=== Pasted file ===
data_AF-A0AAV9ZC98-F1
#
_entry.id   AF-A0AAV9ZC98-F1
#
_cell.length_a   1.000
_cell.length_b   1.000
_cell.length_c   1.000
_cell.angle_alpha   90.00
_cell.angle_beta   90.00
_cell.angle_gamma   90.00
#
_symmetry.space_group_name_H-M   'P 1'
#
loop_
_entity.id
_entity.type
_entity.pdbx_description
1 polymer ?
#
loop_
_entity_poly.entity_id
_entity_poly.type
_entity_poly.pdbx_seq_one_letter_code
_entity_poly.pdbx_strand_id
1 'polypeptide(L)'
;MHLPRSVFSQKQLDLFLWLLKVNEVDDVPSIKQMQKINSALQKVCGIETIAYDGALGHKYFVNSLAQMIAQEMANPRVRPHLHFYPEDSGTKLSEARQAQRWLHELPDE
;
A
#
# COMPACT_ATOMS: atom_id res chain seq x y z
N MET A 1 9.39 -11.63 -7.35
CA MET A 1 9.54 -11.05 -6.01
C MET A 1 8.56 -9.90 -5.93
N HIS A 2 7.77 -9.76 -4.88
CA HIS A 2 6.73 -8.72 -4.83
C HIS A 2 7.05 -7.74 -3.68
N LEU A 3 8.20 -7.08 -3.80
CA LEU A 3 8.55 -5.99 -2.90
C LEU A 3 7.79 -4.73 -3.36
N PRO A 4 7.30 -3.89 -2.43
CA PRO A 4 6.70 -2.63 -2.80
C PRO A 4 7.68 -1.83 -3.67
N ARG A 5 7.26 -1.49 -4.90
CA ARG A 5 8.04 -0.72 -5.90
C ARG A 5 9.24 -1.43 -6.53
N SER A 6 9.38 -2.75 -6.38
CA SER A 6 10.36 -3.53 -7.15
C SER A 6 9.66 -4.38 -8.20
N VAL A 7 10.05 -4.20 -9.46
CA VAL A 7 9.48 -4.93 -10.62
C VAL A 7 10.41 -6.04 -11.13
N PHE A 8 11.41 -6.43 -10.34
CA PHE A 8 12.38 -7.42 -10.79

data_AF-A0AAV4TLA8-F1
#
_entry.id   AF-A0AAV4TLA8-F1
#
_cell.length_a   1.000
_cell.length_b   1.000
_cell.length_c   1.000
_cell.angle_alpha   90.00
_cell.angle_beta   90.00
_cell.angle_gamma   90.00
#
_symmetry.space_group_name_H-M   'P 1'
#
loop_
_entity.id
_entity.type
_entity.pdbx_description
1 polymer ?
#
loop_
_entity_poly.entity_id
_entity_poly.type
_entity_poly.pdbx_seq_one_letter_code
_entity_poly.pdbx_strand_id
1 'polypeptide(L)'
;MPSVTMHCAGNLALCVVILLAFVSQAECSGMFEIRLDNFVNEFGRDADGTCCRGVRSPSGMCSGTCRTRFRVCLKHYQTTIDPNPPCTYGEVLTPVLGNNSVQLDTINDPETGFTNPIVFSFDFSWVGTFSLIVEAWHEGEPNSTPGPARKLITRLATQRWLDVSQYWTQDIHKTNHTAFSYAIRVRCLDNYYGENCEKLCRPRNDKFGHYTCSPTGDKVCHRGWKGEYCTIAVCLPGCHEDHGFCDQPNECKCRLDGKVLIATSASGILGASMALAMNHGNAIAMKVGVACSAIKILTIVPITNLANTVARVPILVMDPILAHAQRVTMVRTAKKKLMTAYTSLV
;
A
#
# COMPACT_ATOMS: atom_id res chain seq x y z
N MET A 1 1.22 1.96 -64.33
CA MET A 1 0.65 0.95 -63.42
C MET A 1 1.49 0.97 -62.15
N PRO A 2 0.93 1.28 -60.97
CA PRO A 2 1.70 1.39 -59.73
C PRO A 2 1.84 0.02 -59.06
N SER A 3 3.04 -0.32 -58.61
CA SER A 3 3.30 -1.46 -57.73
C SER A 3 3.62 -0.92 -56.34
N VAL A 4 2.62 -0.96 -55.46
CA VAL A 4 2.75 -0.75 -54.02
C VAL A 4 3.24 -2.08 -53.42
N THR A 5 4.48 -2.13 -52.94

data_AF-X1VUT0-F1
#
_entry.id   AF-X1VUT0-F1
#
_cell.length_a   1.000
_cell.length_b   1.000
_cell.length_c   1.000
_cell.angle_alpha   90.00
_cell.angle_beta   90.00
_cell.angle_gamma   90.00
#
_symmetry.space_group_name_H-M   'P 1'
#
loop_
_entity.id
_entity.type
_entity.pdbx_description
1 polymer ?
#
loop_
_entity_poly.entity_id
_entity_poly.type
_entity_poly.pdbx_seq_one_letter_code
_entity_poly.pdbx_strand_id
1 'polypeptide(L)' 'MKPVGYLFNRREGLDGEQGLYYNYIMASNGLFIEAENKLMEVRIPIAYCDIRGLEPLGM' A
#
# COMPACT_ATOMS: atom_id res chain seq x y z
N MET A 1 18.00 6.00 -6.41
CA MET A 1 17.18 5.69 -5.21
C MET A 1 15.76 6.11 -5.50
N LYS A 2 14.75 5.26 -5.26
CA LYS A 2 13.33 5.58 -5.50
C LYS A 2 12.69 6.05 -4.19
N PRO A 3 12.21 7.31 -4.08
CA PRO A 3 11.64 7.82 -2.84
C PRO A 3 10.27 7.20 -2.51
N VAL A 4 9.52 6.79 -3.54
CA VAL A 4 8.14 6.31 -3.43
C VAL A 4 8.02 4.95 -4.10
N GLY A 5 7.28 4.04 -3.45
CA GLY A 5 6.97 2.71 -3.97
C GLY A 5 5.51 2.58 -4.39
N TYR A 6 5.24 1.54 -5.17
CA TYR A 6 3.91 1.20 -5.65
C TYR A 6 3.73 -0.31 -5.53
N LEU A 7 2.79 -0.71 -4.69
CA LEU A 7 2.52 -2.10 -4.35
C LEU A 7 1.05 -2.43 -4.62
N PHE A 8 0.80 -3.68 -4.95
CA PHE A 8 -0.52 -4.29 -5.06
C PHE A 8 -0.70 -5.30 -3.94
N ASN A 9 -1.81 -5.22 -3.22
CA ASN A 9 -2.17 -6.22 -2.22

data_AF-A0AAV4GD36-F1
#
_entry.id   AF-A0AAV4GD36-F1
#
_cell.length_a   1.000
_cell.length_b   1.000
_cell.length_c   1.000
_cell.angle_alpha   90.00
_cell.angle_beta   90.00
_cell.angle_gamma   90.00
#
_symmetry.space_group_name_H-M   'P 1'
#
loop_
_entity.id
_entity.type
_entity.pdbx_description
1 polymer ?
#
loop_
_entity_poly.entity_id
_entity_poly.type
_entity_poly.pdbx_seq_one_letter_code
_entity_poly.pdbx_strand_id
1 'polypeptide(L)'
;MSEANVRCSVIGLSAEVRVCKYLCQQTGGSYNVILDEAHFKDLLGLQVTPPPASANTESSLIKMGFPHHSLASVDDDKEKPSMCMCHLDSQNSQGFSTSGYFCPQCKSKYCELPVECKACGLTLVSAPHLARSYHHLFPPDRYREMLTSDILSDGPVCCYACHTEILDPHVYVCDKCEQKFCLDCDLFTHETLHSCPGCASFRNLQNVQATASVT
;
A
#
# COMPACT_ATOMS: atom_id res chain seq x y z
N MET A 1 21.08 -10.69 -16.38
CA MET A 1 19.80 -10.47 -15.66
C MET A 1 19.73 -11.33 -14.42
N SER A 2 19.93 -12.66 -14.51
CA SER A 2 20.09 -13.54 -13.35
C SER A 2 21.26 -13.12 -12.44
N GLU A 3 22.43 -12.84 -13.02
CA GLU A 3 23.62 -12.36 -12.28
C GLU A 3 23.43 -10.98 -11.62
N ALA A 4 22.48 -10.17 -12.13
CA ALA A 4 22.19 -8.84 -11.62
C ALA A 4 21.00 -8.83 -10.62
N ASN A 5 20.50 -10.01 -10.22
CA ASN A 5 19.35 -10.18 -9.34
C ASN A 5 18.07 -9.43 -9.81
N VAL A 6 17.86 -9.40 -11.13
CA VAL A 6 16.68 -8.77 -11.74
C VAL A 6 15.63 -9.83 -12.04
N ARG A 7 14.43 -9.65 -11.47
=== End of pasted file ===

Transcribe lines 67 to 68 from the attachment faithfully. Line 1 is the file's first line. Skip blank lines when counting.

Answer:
loop_
_entity.id